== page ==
The Northern Territory’s Kakadu National Park boasts the kind of natural beauty you won’t find anywhere else on the planet. And, now, drones have captured all 20,000 square kilometres of the World Heritage-listed park for the first time.[media_embed]https://youtu.be/woUk05p8SFA?list=PLHMOsUw2R4yCsLm3Kn74ALET1uCccLIHB[/media_embed]
Kakadu holds a deep cultural significance for local Aboriginal people, and as such has always been off-limits to snap-happy drone photographers. But, with special permission from Traditional Land Owners, Western Australia’s drone duo Salty Wings have captured the sprawling natural landmark from above with the intention of showing out-of-towners the park from a new perspective.
Featured in the video is the famous Yellow Waters Billabong at sunrise, towering Nourlangie Rock (which is home to significant works of Aboriginal rock art more than 20,000 years old), Maguk Gorge and Gunlom Waterfall, and the Ubirr Lookout at sunset.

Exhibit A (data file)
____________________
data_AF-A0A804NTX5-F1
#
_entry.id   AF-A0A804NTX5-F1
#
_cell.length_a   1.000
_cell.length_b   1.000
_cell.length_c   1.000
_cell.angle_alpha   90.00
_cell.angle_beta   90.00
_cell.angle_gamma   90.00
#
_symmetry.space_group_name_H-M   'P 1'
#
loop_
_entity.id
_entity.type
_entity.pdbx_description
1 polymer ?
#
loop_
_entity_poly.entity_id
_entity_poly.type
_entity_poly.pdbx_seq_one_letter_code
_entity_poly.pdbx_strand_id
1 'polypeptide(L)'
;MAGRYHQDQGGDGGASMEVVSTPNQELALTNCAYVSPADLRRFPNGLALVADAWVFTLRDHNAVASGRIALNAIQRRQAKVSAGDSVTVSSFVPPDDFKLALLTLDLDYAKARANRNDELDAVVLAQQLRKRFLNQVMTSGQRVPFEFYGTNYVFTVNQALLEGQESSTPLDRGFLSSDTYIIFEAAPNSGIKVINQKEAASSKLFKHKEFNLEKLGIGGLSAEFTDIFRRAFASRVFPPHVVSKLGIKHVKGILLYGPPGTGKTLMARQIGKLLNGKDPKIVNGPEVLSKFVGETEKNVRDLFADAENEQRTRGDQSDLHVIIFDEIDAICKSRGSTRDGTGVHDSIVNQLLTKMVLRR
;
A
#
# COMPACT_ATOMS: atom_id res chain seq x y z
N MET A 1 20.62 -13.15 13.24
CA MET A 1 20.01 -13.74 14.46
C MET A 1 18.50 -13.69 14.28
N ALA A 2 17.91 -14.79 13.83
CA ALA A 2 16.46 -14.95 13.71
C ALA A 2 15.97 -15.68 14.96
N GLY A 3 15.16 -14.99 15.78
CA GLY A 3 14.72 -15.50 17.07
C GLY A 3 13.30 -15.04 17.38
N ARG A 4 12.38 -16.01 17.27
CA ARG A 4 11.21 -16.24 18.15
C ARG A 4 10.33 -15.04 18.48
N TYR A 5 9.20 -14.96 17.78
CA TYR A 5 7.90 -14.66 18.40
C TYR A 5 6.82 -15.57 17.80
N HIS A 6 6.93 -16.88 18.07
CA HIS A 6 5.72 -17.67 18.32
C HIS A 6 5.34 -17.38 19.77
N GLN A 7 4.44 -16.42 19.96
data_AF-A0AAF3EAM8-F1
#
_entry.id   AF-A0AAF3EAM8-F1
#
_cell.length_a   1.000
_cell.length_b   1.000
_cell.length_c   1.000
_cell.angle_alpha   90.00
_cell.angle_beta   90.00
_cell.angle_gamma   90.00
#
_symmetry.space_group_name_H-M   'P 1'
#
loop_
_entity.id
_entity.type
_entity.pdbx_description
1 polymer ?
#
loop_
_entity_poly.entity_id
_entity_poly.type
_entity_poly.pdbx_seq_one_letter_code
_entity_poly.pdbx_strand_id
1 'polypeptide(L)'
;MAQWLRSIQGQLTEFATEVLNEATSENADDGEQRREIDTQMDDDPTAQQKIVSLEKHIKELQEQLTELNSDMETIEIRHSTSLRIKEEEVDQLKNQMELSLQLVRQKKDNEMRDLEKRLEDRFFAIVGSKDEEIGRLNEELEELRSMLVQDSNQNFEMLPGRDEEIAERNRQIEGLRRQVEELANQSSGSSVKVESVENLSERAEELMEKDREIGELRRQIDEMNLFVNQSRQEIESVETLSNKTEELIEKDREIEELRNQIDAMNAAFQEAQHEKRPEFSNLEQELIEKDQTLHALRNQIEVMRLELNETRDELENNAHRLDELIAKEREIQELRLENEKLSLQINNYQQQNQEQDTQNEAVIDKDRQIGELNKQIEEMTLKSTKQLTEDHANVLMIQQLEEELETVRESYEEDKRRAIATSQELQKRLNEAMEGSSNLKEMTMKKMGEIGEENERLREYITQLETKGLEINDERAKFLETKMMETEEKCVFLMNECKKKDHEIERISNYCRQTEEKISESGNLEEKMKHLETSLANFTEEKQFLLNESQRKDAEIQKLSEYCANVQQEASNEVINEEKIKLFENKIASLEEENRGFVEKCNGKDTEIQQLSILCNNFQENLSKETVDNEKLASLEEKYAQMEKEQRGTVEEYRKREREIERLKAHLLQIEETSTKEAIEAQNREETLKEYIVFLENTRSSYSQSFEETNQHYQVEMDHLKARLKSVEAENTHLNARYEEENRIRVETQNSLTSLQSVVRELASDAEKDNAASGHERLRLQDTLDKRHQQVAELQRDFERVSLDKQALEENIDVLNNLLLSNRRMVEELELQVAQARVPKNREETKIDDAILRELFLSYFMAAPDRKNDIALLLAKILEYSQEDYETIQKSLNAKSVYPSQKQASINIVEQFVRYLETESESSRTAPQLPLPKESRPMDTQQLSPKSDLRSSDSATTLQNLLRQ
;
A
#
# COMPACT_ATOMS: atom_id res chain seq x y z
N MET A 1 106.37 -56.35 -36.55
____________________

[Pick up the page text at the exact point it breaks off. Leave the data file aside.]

In a similar move, Tourism NT previously worked with Traditional Land Owners to make Uluru and the surrounding Kata Tjuta National Park available for exploration on Google Street View. Given the immense success of the project, other sacred sites like Kakadu won’t be far behind.
Around three hours’ drive from Darwin, Kakadu is Australia’s largest national park. It boasts a number of ancient Aboriginal rock art and otherworldly landscapes. It’s World Heritage-listed both for its cultural and natural significance.
To get there, book one of the many coach tours leaving from Darwin or hire a car. It’s a reasonably straight-forward drive along the Stuart and Arhem Highways. Just make sure you refuel often as opportunities to do so become more sparse the closer to the national park you get.
(All images courtesy of Salty Wings)[qantas_widget code=DRW]Check out Qantas flights to Darwin.[/qantas_widget]
Kristen Amiet is a previous AWOL editor, bona fide travel addict, sometimes whisky drinker and full-time breakfast food enthusiast.